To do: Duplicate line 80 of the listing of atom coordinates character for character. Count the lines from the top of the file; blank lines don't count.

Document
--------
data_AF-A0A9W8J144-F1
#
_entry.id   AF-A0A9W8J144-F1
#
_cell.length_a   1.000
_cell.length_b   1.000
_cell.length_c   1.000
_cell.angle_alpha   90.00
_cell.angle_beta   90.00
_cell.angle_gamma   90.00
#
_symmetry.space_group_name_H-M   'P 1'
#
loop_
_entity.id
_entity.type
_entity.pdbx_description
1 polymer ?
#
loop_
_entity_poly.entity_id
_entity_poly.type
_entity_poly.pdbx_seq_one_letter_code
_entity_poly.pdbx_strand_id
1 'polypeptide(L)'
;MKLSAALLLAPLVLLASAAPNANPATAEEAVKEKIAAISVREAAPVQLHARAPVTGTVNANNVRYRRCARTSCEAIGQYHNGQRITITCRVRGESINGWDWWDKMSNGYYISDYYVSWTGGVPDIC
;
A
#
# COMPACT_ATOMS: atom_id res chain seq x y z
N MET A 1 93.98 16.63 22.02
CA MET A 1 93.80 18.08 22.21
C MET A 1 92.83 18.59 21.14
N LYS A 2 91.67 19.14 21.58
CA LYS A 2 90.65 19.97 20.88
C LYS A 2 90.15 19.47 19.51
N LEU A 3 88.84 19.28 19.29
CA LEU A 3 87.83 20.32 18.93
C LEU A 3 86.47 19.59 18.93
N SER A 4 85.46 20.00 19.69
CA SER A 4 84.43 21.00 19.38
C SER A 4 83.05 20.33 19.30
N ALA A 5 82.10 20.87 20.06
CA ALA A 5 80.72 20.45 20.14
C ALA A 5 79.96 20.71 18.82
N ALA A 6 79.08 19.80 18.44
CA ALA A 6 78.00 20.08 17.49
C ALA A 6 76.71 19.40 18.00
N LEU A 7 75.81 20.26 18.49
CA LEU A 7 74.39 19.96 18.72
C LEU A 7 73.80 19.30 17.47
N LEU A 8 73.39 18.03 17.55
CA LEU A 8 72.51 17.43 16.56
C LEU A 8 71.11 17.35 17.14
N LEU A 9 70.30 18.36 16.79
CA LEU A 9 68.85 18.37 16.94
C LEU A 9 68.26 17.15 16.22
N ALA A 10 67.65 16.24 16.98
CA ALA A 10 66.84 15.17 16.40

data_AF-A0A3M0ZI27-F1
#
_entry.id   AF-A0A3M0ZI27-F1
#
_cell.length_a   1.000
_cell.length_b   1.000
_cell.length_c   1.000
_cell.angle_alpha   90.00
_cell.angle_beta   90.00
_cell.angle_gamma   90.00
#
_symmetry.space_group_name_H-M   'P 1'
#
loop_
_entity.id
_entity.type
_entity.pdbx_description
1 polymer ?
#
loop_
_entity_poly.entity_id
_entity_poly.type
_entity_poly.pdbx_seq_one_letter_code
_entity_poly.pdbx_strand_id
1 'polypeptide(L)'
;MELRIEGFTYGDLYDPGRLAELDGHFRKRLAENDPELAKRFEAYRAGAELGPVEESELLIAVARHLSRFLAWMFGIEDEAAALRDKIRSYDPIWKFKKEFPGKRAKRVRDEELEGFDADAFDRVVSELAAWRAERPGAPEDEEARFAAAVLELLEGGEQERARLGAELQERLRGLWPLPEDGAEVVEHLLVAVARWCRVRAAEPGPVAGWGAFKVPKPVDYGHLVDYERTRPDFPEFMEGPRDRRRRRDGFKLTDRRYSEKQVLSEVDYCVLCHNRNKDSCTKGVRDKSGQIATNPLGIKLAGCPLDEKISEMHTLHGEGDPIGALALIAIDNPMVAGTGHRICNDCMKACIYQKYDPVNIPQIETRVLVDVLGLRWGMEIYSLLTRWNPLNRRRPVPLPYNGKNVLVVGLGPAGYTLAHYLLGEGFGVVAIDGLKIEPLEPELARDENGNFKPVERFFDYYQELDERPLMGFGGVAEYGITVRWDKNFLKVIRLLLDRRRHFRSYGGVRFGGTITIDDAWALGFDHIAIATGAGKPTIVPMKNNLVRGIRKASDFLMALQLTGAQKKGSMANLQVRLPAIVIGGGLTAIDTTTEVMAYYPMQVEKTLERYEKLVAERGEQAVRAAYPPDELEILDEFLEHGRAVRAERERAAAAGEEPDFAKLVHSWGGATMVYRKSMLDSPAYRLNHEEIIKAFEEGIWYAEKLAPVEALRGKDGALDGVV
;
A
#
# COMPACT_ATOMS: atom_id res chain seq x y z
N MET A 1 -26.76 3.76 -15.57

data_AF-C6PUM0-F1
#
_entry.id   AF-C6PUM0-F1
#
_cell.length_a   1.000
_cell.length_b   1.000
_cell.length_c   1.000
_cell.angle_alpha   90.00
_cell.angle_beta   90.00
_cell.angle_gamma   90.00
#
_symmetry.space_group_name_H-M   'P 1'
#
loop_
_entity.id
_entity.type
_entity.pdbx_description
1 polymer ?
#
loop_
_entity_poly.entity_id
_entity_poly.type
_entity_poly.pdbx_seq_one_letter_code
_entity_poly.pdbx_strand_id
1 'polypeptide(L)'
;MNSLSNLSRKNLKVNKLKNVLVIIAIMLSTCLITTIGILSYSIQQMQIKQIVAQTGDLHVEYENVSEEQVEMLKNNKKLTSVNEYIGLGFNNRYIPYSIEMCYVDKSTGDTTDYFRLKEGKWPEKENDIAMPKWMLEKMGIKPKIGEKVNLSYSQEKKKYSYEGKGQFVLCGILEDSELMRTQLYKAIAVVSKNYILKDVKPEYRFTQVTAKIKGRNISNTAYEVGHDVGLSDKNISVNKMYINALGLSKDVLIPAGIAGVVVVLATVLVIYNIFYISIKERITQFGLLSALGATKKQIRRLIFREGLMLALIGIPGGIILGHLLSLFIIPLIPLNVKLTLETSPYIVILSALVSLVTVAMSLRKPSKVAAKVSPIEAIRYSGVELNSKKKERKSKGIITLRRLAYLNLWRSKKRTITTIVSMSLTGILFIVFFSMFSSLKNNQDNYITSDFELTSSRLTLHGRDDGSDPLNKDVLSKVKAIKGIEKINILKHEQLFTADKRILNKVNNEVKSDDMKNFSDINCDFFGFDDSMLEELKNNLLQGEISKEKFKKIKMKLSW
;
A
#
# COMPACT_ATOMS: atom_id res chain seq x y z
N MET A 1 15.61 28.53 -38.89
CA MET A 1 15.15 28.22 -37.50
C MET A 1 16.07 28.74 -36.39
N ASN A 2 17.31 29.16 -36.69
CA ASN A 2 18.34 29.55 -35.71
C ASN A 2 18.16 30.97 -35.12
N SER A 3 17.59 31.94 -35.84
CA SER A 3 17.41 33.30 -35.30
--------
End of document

_entity_poly.entity_id